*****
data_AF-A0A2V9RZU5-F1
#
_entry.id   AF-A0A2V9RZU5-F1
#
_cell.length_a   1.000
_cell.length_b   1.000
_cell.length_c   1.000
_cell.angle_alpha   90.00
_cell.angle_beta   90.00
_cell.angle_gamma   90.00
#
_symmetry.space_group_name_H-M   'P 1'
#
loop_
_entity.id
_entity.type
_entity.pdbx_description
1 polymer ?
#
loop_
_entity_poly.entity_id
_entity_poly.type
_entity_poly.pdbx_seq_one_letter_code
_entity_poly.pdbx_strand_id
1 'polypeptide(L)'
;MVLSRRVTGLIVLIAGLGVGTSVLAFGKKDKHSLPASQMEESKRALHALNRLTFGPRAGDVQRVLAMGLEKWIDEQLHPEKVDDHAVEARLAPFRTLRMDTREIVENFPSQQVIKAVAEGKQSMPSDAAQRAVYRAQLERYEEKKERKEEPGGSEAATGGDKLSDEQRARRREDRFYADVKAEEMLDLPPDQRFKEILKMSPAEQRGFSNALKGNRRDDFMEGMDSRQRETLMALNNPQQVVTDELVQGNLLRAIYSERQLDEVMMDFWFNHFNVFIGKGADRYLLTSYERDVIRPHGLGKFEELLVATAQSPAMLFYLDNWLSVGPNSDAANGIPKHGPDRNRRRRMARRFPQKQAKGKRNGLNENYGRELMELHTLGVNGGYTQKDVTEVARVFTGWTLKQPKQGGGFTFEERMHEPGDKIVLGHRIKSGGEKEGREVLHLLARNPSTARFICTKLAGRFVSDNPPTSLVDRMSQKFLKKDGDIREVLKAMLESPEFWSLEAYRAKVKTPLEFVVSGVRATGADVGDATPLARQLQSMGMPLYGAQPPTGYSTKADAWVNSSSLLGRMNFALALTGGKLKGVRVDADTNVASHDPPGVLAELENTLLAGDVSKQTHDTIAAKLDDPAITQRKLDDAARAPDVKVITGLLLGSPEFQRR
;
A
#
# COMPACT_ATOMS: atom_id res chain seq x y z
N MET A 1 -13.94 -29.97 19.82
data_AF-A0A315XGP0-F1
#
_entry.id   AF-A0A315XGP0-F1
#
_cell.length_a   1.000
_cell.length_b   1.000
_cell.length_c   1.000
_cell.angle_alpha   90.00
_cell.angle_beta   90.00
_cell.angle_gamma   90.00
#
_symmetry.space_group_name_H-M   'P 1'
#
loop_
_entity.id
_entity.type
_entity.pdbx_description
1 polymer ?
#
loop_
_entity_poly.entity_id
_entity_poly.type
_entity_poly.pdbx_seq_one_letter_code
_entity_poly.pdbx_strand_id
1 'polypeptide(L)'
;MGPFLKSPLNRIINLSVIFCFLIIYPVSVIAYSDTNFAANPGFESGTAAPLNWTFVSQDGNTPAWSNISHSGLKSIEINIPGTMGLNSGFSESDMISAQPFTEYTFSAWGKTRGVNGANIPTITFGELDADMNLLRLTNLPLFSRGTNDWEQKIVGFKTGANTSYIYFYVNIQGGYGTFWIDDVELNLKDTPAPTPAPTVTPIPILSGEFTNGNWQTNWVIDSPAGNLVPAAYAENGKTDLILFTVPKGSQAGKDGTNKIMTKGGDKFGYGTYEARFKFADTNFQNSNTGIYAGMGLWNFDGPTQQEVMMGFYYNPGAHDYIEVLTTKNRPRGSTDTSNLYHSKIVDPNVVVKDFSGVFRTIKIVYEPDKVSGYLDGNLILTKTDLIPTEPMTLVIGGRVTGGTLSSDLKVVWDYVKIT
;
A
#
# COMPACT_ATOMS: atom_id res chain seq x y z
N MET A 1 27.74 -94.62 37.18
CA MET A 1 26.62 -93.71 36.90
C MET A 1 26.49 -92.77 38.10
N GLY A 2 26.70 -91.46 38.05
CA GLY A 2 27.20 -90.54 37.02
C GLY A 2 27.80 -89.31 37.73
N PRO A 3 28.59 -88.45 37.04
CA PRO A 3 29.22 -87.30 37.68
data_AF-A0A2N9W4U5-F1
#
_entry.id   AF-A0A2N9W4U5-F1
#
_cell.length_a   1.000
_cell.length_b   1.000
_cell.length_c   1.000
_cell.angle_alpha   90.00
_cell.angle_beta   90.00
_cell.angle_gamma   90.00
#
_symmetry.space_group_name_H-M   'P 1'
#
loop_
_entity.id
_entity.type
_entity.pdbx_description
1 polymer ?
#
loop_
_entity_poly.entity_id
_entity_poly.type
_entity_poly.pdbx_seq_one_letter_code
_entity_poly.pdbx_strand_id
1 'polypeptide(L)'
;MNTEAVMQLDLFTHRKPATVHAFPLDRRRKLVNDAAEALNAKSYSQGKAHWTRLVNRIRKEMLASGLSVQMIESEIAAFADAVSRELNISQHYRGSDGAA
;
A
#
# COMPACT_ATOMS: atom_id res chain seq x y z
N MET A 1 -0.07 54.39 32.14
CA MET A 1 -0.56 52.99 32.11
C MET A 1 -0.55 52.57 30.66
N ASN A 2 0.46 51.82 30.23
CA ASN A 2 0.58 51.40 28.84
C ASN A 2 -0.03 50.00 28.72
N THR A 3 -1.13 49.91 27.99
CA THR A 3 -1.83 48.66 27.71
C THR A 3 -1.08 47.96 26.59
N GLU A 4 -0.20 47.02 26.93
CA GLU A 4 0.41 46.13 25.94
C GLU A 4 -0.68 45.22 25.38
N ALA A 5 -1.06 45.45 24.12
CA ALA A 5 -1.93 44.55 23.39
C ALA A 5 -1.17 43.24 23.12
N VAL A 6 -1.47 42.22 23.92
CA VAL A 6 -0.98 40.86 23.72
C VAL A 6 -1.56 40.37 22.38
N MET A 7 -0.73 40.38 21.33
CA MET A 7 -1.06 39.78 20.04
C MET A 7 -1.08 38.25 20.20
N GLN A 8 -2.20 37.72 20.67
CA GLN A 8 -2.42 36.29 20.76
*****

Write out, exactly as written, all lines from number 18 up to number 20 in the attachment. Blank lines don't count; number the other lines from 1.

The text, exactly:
1 polymer ?
#
loop_